Sphere Books UK paperback, 1980
I don't have to tell you, dedicated reader of horror fiction, how important this is. This kind of exploration and discovery is one of my favorite genre devices. And Cunningham deploys it well; a foreshadowing that hovers even though it will be quite awhile before the payoff. Slowly but surely all kinds of horrible things will happen: a missing corpse, a vandalized crypt, a dead friend, Sandra sleepwalking, a figure following Melanie and Streak through the nearby woods. Add in a backstory of the recent suicide of a Bickford banker, the institutionalization of his wife, and the disappearance of their young daughter, and you've got a sweet potboiler recipe.
Eventually David finds his father's journal and learns Chester knew Sprague, also dined with him, was taken on a tour of the manor's foundation, and there saw something that drove him to near madness, breaking his heart and setting Chester into a morass of despair.
Now I am considering the murder of Sprague. Or the end of myself. No night of rest.... I spoke with Ruth. She is more afraid than I am, if that is possible, and she knows nothing we can do. What can we say about the little girl? What would the authorities believe? That we are mad?
Cunningham's 1982 novel, UK paperback
One of the best scenes in the novel is a dinner party, of course. Sprague invites the family to dinner, unerringly pouring them drinks and serving them an elaborate European meal. He is a continental sort and his blindness poses no real problems; in fact it seems to give him a preternatural sense for anyone around him. Après dinner Sprague entices Sandra—whose pretensions to culture and wealth he appeals to—to play for them on his luxurious piano, even joining in with her on his violin. What beautiful music they make ("That was really wonderful," she beamed, hardly able to retain modesty)! And you can be sure David isn't too happy about it. This sequence sets up the finale in high style.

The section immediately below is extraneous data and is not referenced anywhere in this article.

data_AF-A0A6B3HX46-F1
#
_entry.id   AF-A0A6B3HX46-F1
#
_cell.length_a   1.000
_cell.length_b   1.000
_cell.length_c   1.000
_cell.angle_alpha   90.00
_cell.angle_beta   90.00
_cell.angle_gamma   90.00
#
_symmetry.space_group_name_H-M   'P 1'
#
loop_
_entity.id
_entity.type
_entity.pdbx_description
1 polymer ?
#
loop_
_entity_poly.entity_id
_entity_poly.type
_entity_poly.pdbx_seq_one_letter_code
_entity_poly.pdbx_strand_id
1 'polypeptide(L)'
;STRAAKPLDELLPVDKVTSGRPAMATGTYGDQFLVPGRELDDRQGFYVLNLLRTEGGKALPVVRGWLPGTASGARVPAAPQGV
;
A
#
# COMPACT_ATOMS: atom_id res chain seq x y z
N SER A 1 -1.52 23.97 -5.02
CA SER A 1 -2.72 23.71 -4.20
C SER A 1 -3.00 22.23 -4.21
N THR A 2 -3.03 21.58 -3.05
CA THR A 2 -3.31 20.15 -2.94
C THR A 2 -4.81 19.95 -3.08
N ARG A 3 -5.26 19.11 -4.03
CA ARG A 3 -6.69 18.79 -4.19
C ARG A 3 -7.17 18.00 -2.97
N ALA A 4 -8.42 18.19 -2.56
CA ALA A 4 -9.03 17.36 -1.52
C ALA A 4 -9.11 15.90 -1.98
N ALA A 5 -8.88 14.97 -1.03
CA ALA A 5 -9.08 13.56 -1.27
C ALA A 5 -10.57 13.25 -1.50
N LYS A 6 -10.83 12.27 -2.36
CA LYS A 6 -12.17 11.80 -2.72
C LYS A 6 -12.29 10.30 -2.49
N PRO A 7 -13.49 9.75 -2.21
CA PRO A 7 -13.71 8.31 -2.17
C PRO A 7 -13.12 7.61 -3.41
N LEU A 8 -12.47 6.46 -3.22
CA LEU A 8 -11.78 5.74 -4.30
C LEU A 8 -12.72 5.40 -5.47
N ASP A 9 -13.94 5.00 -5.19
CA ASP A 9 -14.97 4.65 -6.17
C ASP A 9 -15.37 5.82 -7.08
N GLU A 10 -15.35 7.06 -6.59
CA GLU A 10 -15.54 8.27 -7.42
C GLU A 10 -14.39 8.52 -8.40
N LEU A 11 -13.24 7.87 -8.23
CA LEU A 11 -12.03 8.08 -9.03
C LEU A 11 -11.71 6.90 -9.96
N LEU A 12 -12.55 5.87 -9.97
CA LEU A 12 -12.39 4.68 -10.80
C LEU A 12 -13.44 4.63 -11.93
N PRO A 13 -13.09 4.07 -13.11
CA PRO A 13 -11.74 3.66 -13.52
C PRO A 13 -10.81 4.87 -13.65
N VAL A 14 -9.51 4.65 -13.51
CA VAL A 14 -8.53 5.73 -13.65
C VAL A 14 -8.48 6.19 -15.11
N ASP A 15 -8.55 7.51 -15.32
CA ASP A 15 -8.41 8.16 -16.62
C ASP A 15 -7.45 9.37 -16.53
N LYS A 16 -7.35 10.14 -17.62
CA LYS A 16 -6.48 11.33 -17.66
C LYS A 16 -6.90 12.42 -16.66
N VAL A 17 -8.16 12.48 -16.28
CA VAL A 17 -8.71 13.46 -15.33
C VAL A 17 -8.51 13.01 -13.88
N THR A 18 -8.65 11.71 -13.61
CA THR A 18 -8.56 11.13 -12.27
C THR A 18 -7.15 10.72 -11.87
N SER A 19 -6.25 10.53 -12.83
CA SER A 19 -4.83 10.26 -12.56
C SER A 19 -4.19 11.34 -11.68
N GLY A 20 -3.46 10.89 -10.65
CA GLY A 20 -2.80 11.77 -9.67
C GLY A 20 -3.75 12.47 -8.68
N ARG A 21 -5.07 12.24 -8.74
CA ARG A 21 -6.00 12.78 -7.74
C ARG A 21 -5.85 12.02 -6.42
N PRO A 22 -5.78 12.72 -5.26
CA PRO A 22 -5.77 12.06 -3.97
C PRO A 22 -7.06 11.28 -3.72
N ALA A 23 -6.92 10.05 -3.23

I must admit though that early on, The Legacy had me iffy on continuing; there is a lot of build-up. The narrative tightens up considerably as the book nears conclusion, with occult horror and mayhem rampant, elevating this unassuming-looking paperback original beyond others of its ilk. Cunningham is adept at writing dialogue and character, mood and suspense: aspects horror writers much more famous and wealthy often suck at. Plentiful sex scenes are warm, believable, titillating but restrained. There are touches of early King in the depiction of modern family life while some gruesome set-pieces—David and the dog, David and the corpse fingers, Sandra sleepwalking with Melanie in tow—which reminded me of the work Michael McDowell would soon publish. Despite the leisure taken with setting the story in motion, once it kicks into gear, The Legacy delivers the demonic goods.
Cernunnos, Lord of my Fathers, Lord of Ages, I summon thee. Lord of Agonies, of Carthage and Hiroshima and Doomed Great Ones, I summon thee to wed and to sup. Rise from thy eternal legions and I shall perform thy shapely introduction as ages ago I vowed in time upon time upon time to fulfill...